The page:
Tiffin University started to implement Title IX initiatives gradually throughout the 1980s, adding volleyball in 1981 and slow pitch softball in 1982. Women’s basketball would not come until the 1984-85 season.
For Tiffin University alum Jane Winters Bickley, the expansion of the women’s athletics programs led her back to college, where she proceeded to compete for four different athletic programs in her three seasons, including one season with the men’s tennis team.
“I really enjoyed playing tennis and we had a young tennis program,” Bickley recalled. “(Volleyball coach) Bonnie Tiell suggested I play for the men’s team since I was finishing my senior season and wanted to play. We didn’t have a women’s tennis program yet, so I played with the men’s squad at 5th and 6th singles and also 1st doubles.”
Bickley was one of the more versatile athletes to play for TU. She made her biggest mark playing volleyball from 1988-89, earning All-District honors along with two All-Conference citations while leading TU to a 54-29 record over those two seasons. TU established a strong NAIA program during that period, setting a then-record with a 31-15 record in 1989.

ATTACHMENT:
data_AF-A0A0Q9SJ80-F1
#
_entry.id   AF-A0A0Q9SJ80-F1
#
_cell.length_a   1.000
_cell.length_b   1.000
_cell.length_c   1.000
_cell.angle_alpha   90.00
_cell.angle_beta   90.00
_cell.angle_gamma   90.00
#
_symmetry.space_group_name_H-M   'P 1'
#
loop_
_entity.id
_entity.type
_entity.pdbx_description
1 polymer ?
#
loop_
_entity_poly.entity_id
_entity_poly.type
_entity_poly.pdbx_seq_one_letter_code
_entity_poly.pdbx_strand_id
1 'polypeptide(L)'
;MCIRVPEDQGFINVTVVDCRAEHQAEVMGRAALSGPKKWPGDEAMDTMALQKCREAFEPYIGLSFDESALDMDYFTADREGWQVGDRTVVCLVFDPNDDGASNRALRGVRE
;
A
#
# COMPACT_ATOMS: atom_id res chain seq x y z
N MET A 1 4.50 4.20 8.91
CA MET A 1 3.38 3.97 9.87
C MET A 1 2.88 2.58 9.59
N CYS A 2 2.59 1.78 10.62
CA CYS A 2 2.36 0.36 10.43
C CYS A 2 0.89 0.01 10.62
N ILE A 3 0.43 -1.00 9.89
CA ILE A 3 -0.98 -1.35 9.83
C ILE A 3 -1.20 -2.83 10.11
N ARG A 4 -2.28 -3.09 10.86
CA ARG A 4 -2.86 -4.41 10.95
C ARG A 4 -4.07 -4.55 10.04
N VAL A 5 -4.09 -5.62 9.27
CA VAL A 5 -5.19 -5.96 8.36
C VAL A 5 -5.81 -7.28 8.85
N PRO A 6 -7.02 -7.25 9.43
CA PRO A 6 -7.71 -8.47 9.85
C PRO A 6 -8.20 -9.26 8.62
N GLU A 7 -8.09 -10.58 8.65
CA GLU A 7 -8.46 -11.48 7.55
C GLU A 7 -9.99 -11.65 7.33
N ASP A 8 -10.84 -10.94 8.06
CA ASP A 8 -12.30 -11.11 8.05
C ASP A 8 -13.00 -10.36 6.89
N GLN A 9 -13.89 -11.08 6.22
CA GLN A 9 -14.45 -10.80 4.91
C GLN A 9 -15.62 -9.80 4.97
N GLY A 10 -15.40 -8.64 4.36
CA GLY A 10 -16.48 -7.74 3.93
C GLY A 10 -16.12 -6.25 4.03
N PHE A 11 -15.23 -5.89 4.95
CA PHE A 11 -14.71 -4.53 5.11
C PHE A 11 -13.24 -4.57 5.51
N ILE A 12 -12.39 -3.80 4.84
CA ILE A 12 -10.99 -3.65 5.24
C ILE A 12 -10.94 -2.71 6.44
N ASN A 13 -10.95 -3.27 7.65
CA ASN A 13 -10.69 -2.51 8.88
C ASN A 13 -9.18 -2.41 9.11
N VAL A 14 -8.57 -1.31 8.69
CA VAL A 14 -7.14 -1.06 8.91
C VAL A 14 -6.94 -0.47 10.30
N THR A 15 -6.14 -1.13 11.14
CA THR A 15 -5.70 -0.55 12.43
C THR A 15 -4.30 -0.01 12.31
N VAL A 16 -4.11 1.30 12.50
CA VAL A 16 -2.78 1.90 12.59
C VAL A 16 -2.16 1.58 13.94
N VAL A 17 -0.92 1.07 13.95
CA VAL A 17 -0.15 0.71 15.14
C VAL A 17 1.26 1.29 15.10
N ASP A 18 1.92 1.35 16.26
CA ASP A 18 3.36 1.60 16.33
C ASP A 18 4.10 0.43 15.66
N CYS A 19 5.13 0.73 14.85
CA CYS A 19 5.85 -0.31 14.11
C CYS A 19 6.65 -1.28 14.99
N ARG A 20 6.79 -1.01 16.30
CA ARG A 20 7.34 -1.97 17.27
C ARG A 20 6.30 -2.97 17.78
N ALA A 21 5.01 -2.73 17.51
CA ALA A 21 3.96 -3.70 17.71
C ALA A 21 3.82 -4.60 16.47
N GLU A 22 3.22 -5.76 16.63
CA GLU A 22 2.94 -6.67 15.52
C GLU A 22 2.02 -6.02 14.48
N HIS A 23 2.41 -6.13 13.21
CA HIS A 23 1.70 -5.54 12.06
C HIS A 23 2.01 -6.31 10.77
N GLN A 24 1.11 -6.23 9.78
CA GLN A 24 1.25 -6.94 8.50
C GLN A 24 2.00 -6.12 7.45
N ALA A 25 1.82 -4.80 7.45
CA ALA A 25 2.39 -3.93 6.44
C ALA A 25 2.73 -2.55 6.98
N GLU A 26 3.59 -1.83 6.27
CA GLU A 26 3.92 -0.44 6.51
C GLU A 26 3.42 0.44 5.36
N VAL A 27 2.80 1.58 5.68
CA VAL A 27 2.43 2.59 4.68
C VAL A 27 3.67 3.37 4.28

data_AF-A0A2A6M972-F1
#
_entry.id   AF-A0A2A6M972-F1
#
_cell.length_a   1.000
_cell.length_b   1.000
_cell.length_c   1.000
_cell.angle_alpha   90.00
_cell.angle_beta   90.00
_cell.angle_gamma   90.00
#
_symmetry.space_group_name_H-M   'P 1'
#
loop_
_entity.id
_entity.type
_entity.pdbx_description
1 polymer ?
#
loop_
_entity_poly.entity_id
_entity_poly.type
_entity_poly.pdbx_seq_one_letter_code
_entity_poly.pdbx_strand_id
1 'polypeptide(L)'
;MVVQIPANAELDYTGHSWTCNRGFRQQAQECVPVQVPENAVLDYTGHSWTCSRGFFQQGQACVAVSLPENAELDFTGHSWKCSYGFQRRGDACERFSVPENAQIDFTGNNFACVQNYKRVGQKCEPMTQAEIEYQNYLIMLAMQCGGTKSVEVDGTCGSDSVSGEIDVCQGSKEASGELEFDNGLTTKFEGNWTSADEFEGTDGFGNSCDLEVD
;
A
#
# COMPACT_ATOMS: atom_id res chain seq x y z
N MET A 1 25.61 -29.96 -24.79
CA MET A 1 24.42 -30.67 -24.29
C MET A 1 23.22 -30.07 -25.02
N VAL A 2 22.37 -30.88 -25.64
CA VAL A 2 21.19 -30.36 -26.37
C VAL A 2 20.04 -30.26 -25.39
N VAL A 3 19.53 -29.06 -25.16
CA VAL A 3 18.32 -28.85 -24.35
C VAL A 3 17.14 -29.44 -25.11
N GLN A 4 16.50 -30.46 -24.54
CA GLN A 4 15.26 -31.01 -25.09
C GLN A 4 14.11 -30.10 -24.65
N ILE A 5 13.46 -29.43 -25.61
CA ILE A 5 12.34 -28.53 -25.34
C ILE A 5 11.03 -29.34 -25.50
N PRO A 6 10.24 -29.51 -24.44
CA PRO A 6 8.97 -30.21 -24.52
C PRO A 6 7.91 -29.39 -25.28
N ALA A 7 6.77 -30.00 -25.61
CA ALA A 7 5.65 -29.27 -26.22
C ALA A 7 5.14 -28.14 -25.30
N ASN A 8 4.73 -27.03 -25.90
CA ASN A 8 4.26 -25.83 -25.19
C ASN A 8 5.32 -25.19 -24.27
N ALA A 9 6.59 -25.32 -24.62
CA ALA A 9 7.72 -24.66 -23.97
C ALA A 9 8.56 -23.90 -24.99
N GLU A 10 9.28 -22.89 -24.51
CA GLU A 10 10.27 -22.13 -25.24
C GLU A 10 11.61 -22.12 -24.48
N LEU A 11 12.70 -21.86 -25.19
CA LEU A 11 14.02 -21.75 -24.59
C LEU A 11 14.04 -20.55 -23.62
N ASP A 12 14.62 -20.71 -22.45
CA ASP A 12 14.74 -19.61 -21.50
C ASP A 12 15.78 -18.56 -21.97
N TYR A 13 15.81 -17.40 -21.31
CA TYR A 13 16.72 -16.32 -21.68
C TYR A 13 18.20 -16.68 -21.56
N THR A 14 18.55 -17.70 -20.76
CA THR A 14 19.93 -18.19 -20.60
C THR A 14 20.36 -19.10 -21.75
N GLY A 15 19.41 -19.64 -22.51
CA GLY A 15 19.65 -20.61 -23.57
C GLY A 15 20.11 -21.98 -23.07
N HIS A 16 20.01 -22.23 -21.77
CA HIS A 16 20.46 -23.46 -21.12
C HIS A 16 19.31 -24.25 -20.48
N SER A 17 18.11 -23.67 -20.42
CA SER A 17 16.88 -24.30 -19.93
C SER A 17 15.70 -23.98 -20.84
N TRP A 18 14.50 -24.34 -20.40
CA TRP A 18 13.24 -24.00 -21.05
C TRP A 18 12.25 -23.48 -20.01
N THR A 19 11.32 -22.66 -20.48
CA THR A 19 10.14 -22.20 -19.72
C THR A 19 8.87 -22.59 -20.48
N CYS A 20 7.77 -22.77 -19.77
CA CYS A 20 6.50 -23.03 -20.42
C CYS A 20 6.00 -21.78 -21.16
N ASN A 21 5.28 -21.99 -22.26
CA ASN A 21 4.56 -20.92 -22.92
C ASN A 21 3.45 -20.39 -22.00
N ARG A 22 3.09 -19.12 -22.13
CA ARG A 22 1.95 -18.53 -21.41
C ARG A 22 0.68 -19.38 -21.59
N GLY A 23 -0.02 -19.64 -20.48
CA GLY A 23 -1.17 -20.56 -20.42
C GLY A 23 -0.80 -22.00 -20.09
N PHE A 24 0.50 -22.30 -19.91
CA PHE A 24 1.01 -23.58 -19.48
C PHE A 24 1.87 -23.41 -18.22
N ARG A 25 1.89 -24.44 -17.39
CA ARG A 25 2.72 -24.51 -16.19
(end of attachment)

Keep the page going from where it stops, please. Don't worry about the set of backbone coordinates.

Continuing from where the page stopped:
Bickley also played women’s basketball in 1990-91, appearing in 27 games as a 6-0 center and averaging 7 ppg. She also competed for one season in softball. The opportunity that Title IX gave her to compete ultimately brought her back to college.
“I had graduated high school in 1983 and spent two years at Sinclair Community College,” Bickley said. “I then took a couple years off but when I found out that Tiffin had started to add all these new women’s athletics programs, that got me interested again. I loved sports and now I had the chance to play a variety of them at the collegiate level. Women’s athletes didn’t have that chance before, and all of a sudden we did.”
“I think that having a female playing tennis on the men’s squad sent a message that there was definite interest in adding women’s tennis to the athletic program,” Bickley said. “There were numerous multi-sport women’s athletes on those teams back then, because we were all trying to take advantage of these new opportunities.”